You Asked: ''Should I Be Concerned about Going Over My Daily Cholesterol Limit?''

By , SparkPeople Blogger
Is one day of high-cholesterol eating going to hurt your health? Great question! 

Dietary cholesterol usually gets a bad rap, but did you know that your body actually needs cholesterol? That's because cholesterol is a building block of body cells and hormones. It makes up 50% of your nervous system and is necessary for metabolism, too. In moderate amounts, it is essential to good health. But like many things in life, too much of a good thing can lead to problems.

The cholesterol you eat comes from certain foods and is tallied on your Nutrition Tracker when you track your foods for the day. Cholesterol comes only from foods of animal origin (meat, seafood, eggs, dairy products and poultry). It is NOT found in foods of plant origin (grains, fruits, vegetables, beans and legumes, soy foods, nuts, seeds, etc.). Some of the cholesterol you consume will be utilized by the body for the functions listed above. But if you eat too much cholesterol and your body can't use it, it can be stored by the body, running through the bloodstream and depositing on arteries, which can lead to high cholesterol and heat disease. So when you get your cholesterol tested at the doctor and your blood (serum) cholesterol is low, healthy or high; the cholesterol they are testing is the cholesterol in your bloodstream.

To prevent health problems like high cholesterol and heart disease, it's recommended that adults consume no more than 300 mg of cholesterol each day. If a person already has high cholesterol, heart disease, or related risk factors, he or she should eat even less: no more than 200 mg per day.

But is one day of high-cholesterol foods going to push you over the edge and cause heart disease? Probably not. Simply eating 300 mg of cholesterol one day doesn't mean that every milligram of cholesterol you consume is going to be deposited in your arteries. Like most dietary requirements, what really matters is what you do consistently--and that you're balancing your intake of all nutrients over the course of several days. One day of high-cholesterol foods won't make or break your health if you're eating low or moderate amounts of cholesterol on the other days of the week.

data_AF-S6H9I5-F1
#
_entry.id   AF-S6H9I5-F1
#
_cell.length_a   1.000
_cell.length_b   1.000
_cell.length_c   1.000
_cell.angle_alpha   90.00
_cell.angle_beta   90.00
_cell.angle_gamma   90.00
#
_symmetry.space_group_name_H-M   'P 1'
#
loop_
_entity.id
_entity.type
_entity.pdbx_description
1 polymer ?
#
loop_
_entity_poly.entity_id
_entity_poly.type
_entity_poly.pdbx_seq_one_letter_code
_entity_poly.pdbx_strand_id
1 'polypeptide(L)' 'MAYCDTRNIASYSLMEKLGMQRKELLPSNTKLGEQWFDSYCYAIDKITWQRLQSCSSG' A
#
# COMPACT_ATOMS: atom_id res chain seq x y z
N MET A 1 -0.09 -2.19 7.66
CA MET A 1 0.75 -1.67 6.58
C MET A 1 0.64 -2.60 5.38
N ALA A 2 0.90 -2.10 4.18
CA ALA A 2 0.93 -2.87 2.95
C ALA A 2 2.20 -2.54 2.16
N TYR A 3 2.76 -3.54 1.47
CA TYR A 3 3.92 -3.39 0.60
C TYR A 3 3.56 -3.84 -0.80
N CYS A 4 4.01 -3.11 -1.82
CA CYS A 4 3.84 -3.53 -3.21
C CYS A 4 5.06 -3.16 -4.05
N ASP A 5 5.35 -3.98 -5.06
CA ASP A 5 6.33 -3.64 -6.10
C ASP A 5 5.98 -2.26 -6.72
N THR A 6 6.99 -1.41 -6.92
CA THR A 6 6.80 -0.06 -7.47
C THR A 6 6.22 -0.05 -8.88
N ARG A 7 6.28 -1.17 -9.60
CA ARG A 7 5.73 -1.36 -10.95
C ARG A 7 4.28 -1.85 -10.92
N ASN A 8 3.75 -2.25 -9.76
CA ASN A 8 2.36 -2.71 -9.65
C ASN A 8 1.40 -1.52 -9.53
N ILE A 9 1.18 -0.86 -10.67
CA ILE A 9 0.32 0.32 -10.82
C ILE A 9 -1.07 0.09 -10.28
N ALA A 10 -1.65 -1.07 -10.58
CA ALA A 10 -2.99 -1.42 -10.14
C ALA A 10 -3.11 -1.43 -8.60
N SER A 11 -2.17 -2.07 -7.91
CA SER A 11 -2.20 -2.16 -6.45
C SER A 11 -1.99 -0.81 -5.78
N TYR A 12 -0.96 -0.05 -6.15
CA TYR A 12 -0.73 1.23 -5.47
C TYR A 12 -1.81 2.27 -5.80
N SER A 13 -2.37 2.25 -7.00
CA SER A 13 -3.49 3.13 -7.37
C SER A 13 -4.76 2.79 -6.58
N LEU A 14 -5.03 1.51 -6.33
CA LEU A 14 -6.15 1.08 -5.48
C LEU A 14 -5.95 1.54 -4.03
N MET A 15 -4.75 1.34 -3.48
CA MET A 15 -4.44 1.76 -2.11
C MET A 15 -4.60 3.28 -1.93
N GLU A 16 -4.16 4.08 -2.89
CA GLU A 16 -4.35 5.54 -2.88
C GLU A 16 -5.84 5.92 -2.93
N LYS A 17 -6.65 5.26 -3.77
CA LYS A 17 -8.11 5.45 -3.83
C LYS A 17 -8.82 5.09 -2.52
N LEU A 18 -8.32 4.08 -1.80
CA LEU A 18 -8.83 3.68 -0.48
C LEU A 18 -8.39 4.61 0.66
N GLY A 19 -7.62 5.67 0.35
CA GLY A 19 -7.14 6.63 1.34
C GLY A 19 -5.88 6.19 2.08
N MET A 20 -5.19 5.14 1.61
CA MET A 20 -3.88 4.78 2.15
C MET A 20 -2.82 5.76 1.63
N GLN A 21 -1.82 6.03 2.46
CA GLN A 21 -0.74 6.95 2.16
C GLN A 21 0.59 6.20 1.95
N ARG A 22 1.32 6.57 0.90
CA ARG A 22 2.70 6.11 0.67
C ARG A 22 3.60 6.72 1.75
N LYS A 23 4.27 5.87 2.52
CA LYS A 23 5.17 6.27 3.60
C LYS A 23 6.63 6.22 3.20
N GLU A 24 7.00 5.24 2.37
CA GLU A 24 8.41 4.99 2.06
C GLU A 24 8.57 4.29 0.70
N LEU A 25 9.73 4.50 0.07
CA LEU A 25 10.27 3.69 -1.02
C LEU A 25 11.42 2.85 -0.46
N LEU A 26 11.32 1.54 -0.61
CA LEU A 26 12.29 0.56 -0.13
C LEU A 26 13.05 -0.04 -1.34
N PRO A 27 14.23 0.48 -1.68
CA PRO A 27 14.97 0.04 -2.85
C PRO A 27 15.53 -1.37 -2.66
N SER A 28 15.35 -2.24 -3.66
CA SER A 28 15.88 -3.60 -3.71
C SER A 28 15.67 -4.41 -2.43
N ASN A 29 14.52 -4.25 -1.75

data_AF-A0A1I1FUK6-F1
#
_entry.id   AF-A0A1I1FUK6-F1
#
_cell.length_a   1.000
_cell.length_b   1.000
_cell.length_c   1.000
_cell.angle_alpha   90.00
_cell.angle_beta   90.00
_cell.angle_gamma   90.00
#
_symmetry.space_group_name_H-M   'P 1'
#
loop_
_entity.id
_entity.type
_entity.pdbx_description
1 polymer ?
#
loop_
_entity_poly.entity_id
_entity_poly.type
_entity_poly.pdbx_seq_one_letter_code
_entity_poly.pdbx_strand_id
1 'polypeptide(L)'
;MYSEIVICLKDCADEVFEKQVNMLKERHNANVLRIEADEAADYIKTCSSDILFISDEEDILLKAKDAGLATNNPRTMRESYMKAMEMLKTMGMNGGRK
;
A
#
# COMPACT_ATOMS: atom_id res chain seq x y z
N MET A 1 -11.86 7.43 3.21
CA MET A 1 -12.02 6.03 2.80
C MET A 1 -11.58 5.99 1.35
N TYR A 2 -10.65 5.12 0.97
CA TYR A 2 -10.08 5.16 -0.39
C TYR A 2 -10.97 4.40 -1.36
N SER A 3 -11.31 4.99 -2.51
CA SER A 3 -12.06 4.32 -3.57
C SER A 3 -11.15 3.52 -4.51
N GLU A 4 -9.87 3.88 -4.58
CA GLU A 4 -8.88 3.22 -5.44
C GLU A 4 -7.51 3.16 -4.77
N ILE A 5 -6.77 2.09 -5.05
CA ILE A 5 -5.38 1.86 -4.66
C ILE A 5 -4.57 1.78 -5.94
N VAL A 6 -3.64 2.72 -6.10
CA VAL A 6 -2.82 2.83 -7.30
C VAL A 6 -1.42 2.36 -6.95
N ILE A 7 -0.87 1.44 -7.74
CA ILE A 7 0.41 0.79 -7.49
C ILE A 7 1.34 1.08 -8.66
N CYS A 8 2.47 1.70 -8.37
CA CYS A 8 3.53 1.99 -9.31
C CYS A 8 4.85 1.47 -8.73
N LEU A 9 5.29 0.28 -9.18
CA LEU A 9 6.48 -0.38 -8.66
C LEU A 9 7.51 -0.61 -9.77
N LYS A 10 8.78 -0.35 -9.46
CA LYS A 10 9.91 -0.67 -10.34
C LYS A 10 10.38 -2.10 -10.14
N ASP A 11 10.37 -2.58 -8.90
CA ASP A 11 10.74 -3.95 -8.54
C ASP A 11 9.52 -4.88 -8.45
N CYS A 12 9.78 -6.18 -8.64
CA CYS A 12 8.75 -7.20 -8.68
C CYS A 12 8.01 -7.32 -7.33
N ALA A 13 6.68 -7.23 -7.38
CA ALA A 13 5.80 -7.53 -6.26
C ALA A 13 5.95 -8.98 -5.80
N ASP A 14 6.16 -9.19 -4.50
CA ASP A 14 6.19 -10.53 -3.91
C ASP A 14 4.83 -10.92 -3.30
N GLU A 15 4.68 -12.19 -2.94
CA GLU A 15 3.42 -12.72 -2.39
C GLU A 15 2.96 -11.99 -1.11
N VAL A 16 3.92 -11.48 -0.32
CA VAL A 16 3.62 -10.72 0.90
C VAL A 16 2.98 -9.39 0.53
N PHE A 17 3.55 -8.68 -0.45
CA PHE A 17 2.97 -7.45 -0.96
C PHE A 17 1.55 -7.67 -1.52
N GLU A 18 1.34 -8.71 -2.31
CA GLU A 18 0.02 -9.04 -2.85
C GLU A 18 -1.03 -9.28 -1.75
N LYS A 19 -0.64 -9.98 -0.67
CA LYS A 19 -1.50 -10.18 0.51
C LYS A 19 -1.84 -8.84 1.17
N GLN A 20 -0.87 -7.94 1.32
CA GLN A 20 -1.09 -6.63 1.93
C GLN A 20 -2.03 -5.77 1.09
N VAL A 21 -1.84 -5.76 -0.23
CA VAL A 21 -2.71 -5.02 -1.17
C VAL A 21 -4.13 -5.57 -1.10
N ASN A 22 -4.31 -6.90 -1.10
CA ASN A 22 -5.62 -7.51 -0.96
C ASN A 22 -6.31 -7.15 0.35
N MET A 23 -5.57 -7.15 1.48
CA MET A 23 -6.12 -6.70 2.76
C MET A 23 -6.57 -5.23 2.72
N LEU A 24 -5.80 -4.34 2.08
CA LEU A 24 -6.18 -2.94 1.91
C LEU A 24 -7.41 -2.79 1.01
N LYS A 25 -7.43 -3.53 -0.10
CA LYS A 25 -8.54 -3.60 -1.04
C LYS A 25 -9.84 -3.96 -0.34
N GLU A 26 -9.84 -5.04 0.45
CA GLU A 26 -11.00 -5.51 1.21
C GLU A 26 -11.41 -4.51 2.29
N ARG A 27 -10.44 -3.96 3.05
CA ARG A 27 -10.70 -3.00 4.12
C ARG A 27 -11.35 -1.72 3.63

It's also important to note that simply eating food high in cholesterol doesn't necessarily cause high blood cholesterol levels. Many factors are related to high cholesterol. In fact, a high FAT intake--especially if it includes heart-unhealthy fats like trans fats or too much saturated fat--is more closely linked with high blood cholesterol levels than a high cholesterol diet is. 

What about high-cholesterol foods like eggs?
If you generally choose fat-free or low-fat dairy products and lean cuts of meat, you probably won't have much trouble staying within your daily cholesterol guidelines. But certain high cholesterol foods can put you over your limit. A couple examples are eggs and shrimp.

In a 2007 study published in the journal Medical Science Monitor, no significant difference in cardiovascular diseases (like stroke and heart attack) were observed between people who consumed more than six eggs per week and those who consumed one or fewer eggs per week. So 4-5 eggs per week should be safe and healthy for most people. 

According to Becky Hand, a Licensed and Registered Dietitian for SparkPeople, "One egg daily can easily be a part of a well-balanced, nutritious diet for healthy adults." An important exception is for people with diabetes, who are at an increased risk of coronary artery disease when consuming greater than six eggs per week. If you have a medical condition such as heart disease or diabetes, Hand suggests checking with your physician, dietitian or certified diabetes educator regarding egg consumption and dietary restrictions.

If you prefer to eat eggs as part of your regular diet, then just make sure that you are limiting other sources of dietary cholesterol to help balance things out, suggests Hand. If you subtract the cholesterol of your daily egg(s) from your total cholesterol for the day, are you still within your 200-300 mg guideline? If so, then you're probably doing OK. If not, bring your cholesterol numbers back in line by switching to egg whites or egg substitutes on occasion. Also remember to watch your intake of other high-cholesterol foods like high-fat meat and full-fat dairy products--both of which are high in cholesterol, fat and saturated fat (important cholesterol risk factors).